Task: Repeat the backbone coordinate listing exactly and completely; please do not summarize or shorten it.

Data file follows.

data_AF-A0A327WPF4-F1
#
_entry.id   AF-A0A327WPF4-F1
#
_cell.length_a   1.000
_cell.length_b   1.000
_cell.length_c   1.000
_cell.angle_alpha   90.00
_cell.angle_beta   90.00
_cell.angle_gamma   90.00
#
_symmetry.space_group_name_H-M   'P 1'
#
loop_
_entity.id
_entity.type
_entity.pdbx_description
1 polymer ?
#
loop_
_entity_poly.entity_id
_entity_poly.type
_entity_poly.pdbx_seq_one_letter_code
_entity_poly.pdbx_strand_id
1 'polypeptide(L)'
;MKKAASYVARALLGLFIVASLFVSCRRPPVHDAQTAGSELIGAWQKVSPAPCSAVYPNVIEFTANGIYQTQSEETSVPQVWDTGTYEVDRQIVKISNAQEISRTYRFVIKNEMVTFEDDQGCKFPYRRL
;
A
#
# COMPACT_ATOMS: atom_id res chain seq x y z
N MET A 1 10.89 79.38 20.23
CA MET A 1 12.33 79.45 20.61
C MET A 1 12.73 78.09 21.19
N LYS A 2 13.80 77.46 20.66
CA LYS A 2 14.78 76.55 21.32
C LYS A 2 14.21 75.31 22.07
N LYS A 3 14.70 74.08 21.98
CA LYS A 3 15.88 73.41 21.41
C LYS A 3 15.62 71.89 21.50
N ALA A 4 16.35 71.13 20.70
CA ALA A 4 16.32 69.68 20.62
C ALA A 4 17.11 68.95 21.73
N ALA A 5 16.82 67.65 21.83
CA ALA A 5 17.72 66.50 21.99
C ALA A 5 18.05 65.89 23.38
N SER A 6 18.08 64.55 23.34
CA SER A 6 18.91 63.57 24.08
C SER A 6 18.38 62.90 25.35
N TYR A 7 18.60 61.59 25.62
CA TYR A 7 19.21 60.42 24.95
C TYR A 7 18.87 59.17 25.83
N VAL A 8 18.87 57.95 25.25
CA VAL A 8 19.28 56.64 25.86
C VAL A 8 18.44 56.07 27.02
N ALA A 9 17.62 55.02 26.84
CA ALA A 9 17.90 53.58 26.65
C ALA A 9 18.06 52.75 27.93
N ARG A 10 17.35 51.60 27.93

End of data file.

data_AF-A0A327WPF4-F1
#
_entry.id   AF-A0A327WPF4-F1
#
_cell.length_a   1.000
_cell.length_b   1.000
_cell.length_c   1.000
_cell.angle_alpha   90.00
_cell.angle_beta   90.00
_cell.angle_gamma   90.00
#
_symmetry.space_group_name_H-M   'P 1'
#
loop_
_entity.id
_entity.type
_entity.pdbx_description
1 polymer ?
#
loop_
_entity_poly.entity_id
_entity_poly.type
_entity_poly.pdbx_seq_one_letter_code
_entity_poly.pdbx_strand_id
1 'polypeptide(L)'
;MKKAASYVARALLGLFIVASLFVSCRRPPVHDAQTAGSELIGAWQKVSPAPCSAVYPNVIEFTANGIYQTQSEETSVPQVWDTGTYEVDRQIVKISNAQEISRTYRFVIKNEMVTFEDDQGCKFPYRRL
;
A
#
# COMPACT_ATOMS: atom_id res chain seq x y z
N MET A 1 10.89 79.38 20.23
CA MET A 1 12.33 79.45 20.61
C MET A 1 12.73 78.09 21.19
N LYS A 2 13.80 77.46 20.66
CA LYS A 2 14.78 76.55 21.32
C LYS A 2 14.21 75.31 22.07
N LYS A 3 14.70 74.08 21.98
CA LYS A 3 15.88 73.41 21.41
C LYS A 3 15.62 71.89 21.50
N ALA A 4 16.35 71.13 20.70
CA ALA A 4 16.32 69.68 20.62
C ALA A 4 17.11 68.95 21.73
N ALA A 5 16.82 67.65 21.83
CA ALA A 5 17.72 66.50 21.99
C ALA A 5 18.05 65.89 23.38
N SER A 6 18.08 64.55 23.34
CA SER A 6 18.91 63.57 24.08
C SER A 6 18.38 62.90 25.35
N TYR A 7 18.60 61.59 25.62
CA TYR A 7 19.21 60.42 24.95
C TYR A 7 18.87 59.17 25.83
N VAL A 8 18.87 57.95 25.25
CA VAL A 8 19.28 56.64 25.86
C VAL A 8 18.44 56.07 27.02
N ALA A 9 17.62 55.02 26.84
CA ALA A 9 17.90 53.58 26.65
C ALA A 9 18.06 52.75 27.93
N ARG A 10 17.35 51.60 27.93